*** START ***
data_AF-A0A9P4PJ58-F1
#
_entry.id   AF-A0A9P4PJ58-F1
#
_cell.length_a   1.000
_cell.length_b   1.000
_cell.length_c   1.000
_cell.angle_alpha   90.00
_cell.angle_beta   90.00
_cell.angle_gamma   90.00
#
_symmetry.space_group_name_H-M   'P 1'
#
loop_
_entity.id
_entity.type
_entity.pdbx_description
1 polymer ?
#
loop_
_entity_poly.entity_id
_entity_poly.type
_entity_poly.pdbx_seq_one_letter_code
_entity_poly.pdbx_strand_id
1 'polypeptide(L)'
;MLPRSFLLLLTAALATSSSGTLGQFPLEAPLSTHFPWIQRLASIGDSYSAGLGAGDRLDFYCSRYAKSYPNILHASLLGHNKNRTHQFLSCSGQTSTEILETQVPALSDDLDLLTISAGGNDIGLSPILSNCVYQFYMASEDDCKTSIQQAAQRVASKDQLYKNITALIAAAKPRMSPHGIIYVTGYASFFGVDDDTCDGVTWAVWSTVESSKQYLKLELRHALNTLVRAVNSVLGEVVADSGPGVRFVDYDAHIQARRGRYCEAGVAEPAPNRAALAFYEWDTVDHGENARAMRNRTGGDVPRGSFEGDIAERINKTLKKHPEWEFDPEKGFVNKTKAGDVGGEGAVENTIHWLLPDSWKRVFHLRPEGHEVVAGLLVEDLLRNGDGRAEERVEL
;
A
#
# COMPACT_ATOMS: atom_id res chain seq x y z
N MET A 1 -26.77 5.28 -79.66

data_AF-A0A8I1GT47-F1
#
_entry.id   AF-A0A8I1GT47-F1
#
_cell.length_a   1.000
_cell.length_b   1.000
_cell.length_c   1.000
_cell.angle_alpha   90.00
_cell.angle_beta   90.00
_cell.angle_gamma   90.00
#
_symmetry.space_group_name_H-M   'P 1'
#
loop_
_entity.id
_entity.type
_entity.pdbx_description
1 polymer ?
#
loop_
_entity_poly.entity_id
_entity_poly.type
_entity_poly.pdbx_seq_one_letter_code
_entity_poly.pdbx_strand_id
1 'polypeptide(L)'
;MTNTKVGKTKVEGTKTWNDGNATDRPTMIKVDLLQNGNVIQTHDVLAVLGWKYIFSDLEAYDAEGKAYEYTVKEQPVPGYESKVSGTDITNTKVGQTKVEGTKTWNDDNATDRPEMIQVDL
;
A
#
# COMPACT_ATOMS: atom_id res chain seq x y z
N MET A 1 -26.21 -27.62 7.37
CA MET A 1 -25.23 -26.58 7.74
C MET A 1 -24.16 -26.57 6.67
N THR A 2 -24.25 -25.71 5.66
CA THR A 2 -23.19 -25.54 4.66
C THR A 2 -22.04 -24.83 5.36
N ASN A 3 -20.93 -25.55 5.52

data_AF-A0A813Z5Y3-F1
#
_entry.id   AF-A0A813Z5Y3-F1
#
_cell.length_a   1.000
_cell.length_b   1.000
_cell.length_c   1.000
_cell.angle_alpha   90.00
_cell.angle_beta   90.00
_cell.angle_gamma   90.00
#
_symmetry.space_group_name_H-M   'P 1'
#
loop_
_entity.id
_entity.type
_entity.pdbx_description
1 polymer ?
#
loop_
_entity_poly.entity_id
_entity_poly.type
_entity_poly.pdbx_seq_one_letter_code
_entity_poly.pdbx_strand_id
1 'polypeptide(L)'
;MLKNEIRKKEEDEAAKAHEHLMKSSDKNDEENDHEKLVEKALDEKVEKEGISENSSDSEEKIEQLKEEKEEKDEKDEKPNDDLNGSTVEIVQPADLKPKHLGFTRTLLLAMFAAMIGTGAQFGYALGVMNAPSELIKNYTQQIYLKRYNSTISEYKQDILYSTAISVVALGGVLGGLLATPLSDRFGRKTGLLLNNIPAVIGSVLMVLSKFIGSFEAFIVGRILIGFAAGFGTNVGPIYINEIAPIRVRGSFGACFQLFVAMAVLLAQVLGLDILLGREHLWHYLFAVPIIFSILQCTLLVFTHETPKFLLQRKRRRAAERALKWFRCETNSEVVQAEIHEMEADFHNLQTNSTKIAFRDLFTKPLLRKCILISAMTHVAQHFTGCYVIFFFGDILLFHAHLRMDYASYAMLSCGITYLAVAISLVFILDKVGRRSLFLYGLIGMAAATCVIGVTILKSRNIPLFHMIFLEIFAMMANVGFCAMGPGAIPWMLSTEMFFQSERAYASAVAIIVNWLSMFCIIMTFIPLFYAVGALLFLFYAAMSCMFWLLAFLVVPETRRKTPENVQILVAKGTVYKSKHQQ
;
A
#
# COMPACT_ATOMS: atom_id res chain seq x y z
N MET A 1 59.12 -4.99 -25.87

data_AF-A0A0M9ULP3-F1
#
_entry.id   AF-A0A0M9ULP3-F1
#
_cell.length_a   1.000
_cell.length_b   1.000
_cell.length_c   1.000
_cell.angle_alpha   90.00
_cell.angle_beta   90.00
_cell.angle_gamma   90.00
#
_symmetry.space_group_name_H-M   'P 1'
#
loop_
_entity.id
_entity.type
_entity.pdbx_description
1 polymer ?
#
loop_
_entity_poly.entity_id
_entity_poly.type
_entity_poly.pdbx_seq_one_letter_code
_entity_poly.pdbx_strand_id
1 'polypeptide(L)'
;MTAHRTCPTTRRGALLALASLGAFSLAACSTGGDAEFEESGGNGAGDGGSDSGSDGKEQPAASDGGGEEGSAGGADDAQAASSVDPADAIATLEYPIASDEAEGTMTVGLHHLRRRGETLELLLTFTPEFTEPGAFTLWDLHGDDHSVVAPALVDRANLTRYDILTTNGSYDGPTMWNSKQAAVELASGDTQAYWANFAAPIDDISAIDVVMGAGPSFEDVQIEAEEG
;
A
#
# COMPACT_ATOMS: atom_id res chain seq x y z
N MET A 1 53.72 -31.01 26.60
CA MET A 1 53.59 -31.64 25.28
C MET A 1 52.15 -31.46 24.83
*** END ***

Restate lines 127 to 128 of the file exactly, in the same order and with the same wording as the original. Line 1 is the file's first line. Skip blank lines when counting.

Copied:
A
#